However, Céline's career in the French-speaking world began flagging soon afterwards. No matter, her dynamic manager René Angélil was already beavering away backstage, preparing a concerted onslaught on America. Céline re-emerged in 1990 at the age of 22 with a new look and a new album, Unison – recorded, for the very first time, in English. The single Where Does My Heart Beat Now broke straight into the U.S. charts, shooting to no. 4 in Billboard's Hot 100. Unison established Céline as a major new star in the U.S. (selling a staggering 1 million copies) and Canada (300,000). In fact, Unison proved to be such an international hit that it even won the Charleville prodigy new fans in Japan.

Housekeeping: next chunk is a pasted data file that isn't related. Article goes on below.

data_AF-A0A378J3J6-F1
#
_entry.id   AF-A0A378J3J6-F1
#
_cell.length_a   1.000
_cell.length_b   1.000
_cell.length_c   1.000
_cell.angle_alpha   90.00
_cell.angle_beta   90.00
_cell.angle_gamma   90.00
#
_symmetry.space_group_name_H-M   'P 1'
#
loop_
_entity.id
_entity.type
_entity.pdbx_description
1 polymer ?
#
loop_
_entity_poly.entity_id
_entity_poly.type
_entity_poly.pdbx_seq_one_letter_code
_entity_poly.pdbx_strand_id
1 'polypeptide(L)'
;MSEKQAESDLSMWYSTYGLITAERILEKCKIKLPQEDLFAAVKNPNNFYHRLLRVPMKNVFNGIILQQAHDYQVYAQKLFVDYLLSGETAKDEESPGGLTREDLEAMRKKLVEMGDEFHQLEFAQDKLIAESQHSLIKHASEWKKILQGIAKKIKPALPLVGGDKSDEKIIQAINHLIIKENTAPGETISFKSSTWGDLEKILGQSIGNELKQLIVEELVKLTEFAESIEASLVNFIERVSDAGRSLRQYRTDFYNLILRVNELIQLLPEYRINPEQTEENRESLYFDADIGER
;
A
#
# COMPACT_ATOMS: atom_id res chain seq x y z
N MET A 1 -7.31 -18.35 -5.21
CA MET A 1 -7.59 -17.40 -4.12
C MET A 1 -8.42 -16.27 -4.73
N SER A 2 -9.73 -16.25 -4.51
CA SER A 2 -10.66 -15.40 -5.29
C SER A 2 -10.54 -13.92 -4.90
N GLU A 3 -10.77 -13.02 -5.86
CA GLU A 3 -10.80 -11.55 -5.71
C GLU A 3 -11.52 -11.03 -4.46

Angélil attempted to relaunch Céline's career in the French-speaking world at this point, but the attempt ended in relative failure. A French album entitled Des mots qui sonnent was released in November 1991. But while the album proved successful in Quebec (selling 125,000 copies), it did not fare so well in France where the record-buying public had more or less ignored Céline since her brief brush with fame there in the mid-80s. Undeterred, Céline turned her attention to the States once more where her fanbase was growing at an incredible rate. Céline Dion, her second album in English, sold a phenomenal 2 million copies in 1992. But two years later Céline surpassed her personal record, selling 6 million copies of The Colour of My Love which established her as an undisputed international star.